20 April 2015 | 14 Comments
A few weeks ago (coincidentally as I was preparing for the launch of my new treasure chest Kickstarter project), I wrote KS lesson about an intriguing achievement system I had seen on some recent projects. The system seemed like a good fit to test out on my new project, so I gave it a try.
The basic idea is that you still have stretch goals, but you have to reach several achievements in a variety of categories before unlocking a new stretch goal. Thus you’re able to reward various types of support and interaction, and you can maintain the feeling of forward progress instead of waiting to close big gaps in traditional stretch goal funding.
I’ll talk about how this system has worked out so far in the section below the graphic below. This is the current state of our achievement chart:
Overall, my impressions of this system have been very positive. Here’s the good and the bad:
- I was worried that the new system would be confusing (as is the case when introducing a new concept), but that hasn’t been a problem at all.
- The theory of forward progress has worked out in practice. We had a very strong Day 1, but unlike previous strong Day 1s, we didn’t blow through a ton of stretch goals that end up getting overlooked. Instead we reached several achievements and unlocked 1 stretch goal, and we’ve continued unlocking a new stretch goal every few days since then (we’ve been live for about a week).
- I like the way the social media/participatory aspects have worked out. We decided not to have achievements tied directly to number of followers or Likes for reasons I discussed on the original blog post, and that was a good call.
- Several of the achievements are still tied to total funds, like stretch goals, which is important because of the economies of scale involved in adding more tokens (each stretch goal adds a total of 18 tokens to all three chests). But the split between total funds and percentage of funding has proven to be a visually appealing way to show forward progress.
- The achievement system has encouraged backer participation and interaction, particularly with the polls and #treasureup photos.
- Reaching a new achievement feels good–like I said, it feels like forward progress–but it is a little weird that there’s no new stuff to celebrate when the achievement is reached. In a more varied project, I think I might have a very small item tied to each achievement (like, add 1 card to the game) and have bigger additions linked to sets of achievements.
- I wish I had added a set of achievements that were based on time (I’m always looking for alternatives to early birds to get people to back now instead of later). For example, there could be a row on the chart that lists different funding amounts for the first 5 days of the project: $40k on Day 1, $60k by Day 2, $70k by Day 3, and so on. Thus the achievements would encourage people on the fence to pledge their support right away, because once those days pass, those achievements become unattainable.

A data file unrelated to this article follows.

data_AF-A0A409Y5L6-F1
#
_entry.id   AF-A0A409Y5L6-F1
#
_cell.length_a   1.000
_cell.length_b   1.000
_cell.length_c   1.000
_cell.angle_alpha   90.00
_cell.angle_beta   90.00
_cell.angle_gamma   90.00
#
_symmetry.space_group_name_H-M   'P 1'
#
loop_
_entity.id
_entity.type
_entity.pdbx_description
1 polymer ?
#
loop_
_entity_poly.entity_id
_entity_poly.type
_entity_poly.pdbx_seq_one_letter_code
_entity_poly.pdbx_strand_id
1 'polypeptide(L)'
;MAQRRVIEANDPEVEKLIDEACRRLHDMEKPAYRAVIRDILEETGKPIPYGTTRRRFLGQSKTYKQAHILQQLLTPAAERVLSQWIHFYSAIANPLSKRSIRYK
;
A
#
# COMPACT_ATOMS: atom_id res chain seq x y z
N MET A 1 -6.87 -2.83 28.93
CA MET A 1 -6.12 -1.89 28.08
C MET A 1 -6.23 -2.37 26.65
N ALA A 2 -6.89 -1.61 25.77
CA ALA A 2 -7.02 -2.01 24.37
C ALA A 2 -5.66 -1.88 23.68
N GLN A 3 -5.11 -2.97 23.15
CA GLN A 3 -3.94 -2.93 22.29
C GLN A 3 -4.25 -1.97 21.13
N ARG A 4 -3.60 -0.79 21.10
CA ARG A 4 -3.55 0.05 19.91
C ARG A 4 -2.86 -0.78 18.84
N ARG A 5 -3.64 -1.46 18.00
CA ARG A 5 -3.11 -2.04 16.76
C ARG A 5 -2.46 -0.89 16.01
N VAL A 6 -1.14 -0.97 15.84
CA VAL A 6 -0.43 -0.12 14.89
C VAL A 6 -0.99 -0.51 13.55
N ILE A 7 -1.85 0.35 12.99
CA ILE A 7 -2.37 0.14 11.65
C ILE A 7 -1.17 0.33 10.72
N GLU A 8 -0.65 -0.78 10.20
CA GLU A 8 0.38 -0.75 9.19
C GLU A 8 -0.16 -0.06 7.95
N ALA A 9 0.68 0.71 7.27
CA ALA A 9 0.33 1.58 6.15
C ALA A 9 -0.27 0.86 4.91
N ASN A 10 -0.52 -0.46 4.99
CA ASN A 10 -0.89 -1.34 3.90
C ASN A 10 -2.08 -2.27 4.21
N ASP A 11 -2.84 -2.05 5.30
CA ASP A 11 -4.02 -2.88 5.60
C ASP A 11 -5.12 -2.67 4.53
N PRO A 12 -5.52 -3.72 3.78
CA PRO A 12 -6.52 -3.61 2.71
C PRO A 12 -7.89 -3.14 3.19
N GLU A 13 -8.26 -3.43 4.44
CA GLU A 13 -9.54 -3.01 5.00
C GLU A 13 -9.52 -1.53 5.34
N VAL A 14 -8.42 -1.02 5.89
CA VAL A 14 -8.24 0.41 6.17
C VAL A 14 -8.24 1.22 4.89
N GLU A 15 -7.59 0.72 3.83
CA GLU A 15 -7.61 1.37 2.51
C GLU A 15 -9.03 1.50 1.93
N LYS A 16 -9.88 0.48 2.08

- The feeling of acceleration is important, so in the future I would decrease the increments within each achievement category. For example, the first achievement might be 1000 backers, then then next 1500 backers, then the next 1900 backers, then 2200, and so on.
- Just like with any stretch goal system you announce in full up front, you might greatly over- or under-estimate the numbers associated with the achievements. This isn’t necessarily a bad thing–like, for my project, the funding levels listed in the chart are necessary for us to financially justify putting 30 of each token type in each chest. But some projects might have more flexibility, and setting achievements too high or too low might hurt them.
- Just because an achievement is “easy” doesn’t mean it will be accomplished. For example, there is no reason we shouldn’t already have reached all #treasureup photo achievement and one more poll achievement. As a result–at least with the photos–only a small number of passionate backers have posted all of the photos so far. Perhaps there’s a better way to incorporate those “fun” achievements?
- In the future, I’d like to have many more achievements. Why have an achievement every 500 backers when you could have one every 200 backers, for example? Stretch goals might take more achievements to unlock–I think the key might be around 5 achievements per stretch goal.
- This is more for the future, but an astute advisory board member pointed out that the novelty of these achievement systems might wear off. Like, I used it here, but if I try to use it for Scythe, would people prefer for us to just go back to the regular stretch goal system?
Overall, though, I’m very pleased with the system, and I’m looking forward to other creators putting their own spin on it.
What do you think? What are some ways this system could be improved in the future? If you want to experience the system in action, you can check out our treasure chest Kickstarter project (ends on April 29).